The dirtiest place at the airport is in the security line: study

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Researchers with the University of Nottingham and Finland’s National Institute for Health and Welfare found plastic trays used at airport security checkpoints host the highest level of viruses at airports. | AP file photo

A study uncovered the airport destination with the most germs, and it’s not the bathroom.

Researchers with the University of Nottingham and Finland’sNational Institute for Health and Welfare found plastic trays used at airport security checkpoints host the highest level of viruses at airports.

The study was carried out atHelsinki-Vantaa airport in Finland during and after peak passenger times in the winter of 2016. Researchers swabbed a variety of surfaces to learn what viruses linger at frequently-touched places at the airport.

Results found proof of viruses on 10 percent of surfaces, with security trays as the most common culprit. Viruses were also found on payment terminals, staircase rails, and passport checking counters. The studyfound no respiratory viruses were found on toilet surfaces.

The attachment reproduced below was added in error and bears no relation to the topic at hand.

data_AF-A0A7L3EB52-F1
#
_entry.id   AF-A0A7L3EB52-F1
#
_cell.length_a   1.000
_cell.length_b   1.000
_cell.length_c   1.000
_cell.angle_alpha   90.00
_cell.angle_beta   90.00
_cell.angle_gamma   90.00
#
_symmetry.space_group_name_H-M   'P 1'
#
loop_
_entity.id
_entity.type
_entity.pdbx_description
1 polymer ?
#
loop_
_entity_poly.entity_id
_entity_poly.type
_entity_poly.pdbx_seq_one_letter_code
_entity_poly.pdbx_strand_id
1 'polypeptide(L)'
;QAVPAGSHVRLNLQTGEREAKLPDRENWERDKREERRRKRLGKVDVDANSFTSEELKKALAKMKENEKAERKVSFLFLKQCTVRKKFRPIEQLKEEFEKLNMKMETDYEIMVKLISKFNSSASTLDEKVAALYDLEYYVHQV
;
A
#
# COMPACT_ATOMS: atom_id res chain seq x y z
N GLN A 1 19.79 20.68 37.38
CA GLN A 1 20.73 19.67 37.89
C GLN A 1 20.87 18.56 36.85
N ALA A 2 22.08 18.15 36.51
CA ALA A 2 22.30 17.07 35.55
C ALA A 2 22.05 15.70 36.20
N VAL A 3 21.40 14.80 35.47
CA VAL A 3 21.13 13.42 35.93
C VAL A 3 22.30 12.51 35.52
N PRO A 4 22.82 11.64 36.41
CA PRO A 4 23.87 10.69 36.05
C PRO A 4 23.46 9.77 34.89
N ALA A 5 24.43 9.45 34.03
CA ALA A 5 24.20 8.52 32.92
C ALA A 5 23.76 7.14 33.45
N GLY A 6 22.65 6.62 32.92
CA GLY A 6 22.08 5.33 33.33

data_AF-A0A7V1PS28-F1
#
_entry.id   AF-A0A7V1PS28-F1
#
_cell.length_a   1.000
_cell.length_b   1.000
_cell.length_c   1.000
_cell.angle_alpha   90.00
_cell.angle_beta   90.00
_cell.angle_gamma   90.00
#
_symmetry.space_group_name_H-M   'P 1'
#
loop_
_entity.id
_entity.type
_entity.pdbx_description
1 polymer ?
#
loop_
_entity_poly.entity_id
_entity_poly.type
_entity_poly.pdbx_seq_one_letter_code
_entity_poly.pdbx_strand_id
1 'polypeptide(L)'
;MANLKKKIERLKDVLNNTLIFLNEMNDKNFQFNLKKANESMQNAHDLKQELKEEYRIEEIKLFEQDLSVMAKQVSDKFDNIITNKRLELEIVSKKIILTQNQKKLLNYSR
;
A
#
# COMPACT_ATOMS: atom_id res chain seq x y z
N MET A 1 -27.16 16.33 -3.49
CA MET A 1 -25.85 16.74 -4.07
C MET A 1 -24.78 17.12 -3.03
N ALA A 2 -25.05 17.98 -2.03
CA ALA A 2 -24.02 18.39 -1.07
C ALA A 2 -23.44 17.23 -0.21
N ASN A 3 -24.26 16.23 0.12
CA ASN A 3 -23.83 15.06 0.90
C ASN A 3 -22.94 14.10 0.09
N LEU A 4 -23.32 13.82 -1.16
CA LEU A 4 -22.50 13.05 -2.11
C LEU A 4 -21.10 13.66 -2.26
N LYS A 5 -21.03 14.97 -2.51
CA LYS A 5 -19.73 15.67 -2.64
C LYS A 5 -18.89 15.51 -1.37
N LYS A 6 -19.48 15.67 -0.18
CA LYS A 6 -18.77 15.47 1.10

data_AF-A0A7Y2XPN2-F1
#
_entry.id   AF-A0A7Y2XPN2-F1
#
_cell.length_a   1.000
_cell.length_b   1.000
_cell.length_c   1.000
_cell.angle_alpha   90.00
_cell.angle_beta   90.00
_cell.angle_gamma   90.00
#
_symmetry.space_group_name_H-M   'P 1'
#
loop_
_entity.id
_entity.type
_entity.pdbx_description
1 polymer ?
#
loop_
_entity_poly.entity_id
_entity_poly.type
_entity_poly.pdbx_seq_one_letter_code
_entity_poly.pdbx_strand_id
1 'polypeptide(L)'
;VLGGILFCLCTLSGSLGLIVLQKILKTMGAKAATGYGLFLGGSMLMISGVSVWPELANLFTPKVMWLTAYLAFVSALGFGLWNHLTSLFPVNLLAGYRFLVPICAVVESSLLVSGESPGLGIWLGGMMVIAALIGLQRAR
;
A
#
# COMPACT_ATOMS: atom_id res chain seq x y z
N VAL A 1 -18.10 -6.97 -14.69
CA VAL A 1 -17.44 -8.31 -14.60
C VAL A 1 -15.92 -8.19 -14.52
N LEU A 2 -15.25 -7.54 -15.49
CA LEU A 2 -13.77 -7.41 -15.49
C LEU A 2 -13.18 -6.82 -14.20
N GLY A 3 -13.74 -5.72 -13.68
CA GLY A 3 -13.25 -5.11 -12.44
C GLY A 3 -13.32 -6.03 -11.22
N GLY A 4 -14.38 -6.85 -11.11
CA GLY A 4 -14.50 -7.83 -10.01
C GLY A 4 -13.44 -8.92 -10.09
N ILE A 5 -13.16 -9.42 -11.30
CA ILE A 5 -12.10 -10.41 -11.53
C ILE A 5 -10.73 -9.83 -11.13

The study was published in the journal BMC Infectious Diseases.

Researchers hope the study spreads more public awareness on how viruses spread, particularly at a crowded location such as an airport.

“The new findings support preparedness planning for controlling the spread of serious infectious diseases in airports,” said virology expert Niina Ikonen from the Finnish National Institute for Health and Welfare, in a statement.

Researchers say rhinovirus, which causes the common cold, was the most common virus found, but the study also picked up the influenza A virus. Experts advise washing hands and coughing into handkerchiefs or tissues to prevent the spread of viruses.

“These simple precautions can help prevent pandemics and are most important in crowded areas like airports that have a high volume of people travelingto and from many different parts of the world,” said Jonathan Van Tam, a professor of health protection at the University of Nottingham’s School of Medicine, in a statement.

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